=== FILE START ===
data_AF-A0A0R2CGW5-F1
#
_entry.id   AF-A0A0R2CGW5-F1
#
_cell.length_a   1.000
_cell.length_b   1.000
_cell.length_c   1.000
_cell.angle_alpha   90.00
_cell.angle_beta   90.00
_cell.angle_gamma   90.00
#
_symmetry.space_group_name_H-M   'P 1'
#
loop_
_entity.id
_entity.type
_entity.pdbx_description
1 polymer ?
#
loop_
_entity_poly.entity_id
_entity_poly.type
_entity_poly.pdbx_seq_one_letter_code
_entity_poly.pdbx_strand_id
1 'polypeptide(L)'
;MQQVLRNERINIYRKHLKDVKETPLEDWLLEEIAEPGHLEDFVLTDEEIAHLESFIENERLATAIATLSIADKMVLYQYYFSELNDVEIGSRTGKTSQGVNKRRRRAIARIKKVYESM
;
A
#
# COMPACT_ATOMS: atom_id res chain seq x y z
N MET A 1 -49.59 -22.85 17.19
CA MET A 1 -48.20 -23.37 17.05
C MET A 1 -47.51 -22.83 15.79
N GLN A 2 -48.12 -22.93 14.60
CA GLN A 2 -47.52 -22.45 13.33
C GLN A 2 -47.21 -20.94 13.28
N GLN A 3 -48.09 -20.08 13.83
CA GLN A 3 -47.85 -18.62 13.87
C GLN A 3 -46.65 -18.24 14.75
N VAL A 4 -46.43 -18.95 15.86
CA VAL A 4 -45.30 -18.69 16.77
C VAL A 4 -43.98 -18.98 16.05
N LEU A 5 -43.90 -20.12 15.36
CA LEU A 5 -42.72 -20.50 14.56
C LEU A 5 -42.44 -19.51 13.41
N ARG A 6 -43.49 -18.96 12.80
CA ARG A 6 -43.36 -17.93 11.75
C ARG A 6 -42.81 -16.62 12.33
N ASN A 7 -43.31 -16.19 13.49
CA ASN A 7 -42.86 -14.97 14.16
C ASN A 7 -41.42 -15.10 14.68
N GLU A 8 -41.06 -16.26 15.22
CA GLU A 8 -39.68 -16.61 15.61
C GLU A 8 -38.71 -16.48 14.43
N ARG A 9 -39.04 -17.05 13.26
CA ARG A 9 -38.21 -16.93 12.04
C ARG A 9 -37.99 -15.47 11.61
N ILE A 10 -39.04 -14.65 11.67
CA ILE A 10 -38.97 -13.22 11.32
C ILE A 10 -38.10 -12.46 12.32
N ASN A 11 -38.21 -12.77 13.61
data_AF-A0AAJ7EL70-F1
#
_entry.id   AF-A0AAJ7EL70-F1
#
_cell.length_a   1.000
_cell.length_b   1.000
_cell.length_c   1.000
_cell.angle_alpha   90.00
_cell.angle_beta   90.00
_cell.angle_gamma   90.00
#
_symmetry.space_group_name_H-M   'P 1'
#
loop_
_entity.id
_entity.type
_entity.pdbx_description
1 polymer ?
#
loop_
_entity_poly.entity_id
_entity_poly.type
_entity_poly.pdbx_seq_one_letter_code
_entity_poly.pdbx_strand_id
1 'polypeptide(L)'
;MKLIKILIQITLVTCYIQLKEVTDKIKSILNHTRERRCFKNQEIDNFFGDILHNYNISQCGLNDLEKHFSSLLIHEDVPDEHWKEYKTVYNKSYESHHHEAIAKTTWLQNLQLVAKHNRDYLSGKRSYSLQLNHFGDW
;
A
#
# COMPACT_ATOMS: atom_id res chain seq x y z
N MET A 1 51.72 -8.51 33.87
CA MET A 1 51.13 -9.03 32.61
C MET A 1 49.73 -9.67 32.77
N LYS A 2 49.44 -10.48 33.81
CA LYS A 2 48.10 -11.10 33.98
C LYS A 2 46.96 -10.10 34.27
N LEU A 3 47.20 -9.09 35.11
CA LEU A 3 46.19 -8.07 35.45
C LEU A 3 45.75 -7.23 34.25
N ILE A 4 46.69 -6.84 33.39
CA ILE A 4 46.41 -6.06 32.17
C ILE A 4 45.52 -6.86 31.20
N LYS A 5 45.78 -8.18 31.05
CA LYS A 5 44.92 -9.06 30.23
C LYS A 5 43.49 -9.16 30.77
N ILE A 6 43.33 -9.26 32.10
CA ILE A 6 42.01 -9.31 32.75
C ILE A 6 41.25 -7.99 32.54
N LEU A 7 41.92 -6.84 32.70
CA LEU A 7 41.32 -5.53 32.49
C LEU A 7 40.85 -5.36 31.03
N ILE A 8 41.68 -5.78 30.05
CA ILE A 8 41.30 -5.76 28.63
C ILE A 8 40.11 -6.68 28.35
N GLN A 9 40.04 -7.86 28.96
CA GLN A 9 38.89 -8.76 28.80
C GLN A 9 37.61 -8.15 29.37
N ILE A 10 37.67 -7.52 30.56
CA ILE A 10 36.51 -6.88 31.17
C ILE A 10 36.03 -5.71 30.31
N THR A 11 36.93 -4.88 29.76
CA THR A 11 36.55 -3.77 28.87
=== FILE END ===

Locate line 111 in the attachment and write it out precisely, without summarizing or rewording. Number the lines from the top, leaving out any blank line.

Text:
CA LEU A 7 41.32 -5.53 32.49